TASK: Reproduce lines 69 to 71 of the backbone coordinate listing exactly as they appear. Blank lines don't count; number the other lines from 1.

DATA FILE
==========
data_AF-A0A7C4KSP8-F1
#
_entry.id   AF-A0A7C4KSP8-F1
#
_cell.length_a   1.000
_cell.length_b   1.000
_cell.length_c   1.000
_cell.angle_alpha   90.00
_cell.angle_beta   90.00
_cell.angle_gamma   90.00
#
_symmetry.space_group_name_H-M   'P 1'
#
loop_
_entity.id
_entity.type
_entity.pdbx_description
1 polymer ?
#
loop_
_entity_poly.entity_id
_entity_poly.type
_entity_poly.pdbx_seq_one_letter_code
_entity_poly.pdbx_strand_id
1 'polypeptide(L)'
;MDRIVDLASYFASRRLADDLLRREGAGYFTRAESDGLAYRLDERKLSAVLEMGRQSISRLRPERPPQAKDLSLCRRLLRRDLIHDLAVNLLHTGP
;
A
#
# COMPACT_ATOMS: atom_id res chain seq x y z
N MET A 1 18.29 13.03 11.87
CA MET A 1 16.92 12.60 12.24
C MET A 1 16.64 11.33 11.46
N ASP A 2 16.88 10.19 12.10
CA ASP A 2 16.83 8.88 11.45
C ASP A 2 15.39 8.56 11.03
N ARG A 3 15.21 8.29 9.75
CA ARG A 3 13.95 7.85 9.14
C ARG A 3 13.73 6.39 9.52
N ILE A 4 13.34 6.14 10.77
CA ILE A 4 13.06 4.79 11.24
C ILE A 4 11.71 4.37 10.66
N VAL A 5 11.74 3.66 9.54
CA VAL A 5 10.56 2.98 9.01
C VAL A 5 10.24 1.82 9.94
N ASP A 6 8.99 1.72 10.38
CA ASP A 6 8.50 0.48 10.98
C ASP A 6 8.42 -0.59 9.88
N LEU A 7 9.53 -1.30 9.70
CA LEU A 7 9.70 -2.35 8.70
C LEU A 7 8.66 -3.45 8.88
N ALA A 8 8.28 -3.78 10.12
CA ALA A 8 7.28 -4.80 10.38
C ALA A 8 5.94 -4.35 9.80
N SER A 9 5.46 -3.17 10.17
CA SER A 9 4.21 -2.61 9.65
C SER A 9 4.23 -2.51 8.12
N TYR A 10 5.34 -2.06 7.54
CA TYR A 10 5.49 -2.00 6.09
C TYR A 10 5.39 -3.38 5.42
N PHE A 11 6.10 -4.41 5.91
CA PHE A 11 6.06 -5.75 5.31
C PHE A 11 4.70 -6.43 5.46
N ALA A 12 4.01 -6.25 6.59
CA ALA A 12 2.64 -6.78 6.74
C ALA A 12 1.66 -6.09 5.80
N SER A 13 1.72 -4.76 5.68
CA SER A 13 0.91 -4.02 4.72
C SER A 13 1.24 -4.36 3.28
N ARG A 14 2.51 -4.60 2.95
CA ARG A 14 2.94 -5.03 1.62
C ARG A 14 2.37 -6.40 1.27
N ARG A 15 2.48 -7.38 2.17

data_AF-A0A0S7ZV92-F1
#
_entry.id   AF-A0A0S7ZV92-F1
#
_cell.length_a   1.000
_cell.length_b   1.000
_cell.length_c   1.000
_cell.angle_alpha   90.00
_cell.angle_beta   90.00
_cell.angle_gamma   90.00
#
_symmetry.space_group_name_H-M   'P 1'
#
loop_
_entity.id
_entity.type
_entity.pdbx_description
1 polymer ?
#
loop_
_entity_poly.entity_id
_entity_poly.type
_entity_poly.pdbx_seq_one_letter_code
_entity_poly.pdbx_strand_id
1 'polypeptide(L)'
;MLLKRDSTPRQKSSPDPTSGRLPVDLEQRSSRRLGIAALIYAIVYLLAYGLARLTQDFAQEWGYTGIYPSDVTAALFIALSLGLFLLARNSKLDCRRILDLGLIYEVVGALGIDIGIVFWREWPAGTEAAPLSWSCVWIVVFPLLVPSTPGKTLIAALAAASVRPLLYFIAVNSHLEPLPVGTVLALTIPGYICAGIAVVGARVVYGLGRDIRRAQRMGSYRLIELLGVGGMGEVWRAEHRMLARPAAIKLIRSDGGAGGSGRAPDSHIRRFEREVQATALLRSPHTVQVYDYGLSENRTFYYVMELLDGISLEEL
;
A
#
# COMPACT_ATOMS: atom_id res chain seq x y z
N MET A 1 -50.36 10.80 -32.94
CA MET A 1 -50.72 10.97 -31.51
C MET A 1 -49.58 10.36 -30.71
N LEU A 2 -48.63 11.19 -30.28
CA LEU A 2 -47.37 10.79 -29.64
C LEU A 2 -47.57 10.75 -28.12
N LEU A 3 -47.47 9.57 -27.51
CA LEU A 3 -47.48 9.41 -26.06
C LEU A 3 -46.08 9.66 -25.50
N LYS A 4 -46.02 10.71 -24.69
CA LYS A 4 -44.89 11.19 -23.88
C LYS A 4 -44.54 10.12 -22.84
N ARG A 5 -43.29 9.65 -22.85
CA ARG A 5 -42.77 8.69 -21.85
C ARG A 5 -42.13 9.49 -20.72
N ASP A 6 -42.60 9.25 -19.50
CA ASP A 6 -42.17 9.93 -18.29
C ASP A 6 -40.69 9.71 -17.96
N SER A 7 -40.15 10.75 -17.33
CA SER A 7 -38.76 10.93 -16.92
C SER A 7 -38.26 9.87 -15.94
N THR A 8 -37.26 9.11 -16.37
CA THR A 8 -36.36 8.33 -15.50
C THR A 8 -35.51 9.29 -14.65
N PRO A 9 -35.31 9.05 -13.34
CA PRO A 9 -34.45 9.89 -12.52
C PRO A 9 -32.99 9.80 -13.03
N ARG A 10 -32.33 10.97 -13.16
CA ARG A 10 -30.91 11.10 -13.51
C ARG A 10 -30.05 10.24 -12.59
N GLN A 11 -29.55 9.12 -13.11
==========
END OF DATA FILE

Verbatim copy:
C SER A 13 1.24 -4.36 3.28
N ARG A 14 2.51 -4.60 2.95
CA ARG A 14 2.94 -5.03 1.62